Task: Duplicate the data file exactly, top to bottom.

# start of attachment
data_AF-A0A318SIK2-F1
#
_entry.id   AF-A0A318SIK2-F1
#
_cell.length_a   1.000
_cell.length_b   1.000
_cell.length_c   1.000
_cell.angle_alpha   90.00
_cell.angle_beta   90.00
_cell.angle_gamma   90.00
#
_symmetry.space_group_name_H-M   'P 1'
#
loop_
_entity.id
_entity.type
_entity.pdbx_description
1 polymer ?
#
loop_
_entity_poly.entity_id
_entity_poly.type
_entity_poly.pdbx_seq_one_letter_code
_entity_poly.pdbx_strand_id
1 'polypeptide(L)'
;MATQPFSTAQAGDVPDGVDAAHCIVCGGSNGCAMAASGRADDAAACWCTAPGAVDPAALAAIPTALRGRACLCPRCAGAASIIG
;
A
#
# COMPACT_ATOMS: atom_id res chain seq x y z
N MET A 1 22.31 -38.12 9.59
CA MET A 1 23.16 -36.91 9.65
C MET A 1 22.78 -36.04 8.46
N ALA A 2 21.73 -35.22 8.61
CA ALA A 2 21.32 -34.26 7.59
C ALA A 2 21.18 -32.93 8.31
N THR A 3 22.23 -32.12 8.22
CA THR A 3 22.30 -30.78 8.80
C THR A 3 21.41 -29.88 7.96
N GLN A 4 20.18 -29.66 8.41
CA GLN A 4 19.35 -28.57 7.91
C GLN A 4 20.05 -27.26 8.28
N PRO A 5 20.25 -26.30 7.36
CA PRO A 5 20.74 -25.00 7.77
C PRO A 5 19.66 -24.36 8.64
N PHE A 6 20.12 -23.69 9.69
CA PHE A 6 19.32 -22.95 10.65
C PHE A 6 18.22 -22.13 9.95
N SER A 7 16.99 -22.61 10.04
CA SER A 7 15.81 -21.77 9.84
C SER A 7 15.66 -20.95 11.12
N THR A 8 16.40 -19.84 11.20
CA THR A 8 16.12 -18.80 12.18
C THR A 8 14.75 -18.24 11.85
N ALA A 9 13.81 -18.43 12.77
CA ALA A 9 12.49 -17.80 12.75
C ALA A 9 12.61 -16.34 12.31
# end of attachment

data_AF-A0A318SIK2-F1
#
_entry.id   AF-A0A318SIK2-F1
#
_cell.length_a   1.000
_cell.length_b   1.000
_cell.length_c   1.000
_cell.angle_alpha   90.00
_cell.angle_beta   90.00
_cell.angle_gamma   90.00
#
_symmetry.space_group_name_H-M   'P 1'
#
loop_
_entity.id
_entity.type
_entity.pdbx_description
1 polymer ?
#
loop_
_entity_poly.entity_id
_entity_poly.type
_entity_poly.pdbx_seq_one_letter_code
_entity_poly.pdbx_strand_id
1 'polypeptide(L)'
;MATQPFSTAQAGDVPDGVDAAHCIVCGGSNGCAMAASGRADDAAACWCTAPGAVDPAALAAIPTALRGRACLCPRCAGAASIIG
;
A
#
# COMPACT_ATOMS: atom_id res chain seq x y z
N MET A 1 22.31 -38.12 9.59
CA MET A 1 23.16 -36.91 9.65
C MET A 1 22.78 -36.04 8.46
N ALA A 2 21.73 -35.22 8.61
CA ALA A 2 21.32 -34.26 7.59
C ALA A 2 21.18 -32.93 8.31
N THR A 3 22.23 -32.12 8.22
CA THR A 3 22.30 -30.78 8.80
C THR A 3 21.41 -29.88 7.96
N GLN A 4 20.18 -29.66 8.41
CA GLN A 4 19.35 -28.57 7.91
C GLN A 4 20.05 -27.26 8.28
N PRO A 5 20.25 -26.30 7.36
CA PRO A 5 20.74 -25.00 7.77
C PRO A 5 19.66 -24.36 8.64
N PHE A 6 20.12 -23.69 9.69
CA PHE A 6 19.32 -22.95 10.65
C PHE A 6 18.22 -22.13 9.95
N SER A 7 16.99 -22.61 10.04
CA SER A 7 15.81 -21.77 9.84
C SER A 7 15.66 -20.95 11.12
N THR A 8 16.40 -19.84 11.20
CA THR A 8 16.12 -18.80 12.18
C THR A 8 14.75 -18.24 11.85
N ALA A 9 13.81 -18.43 12.77
CA ALA A 9 12.49 -17.80 12.75
C ALA A 9 12.61 -16.34 12.31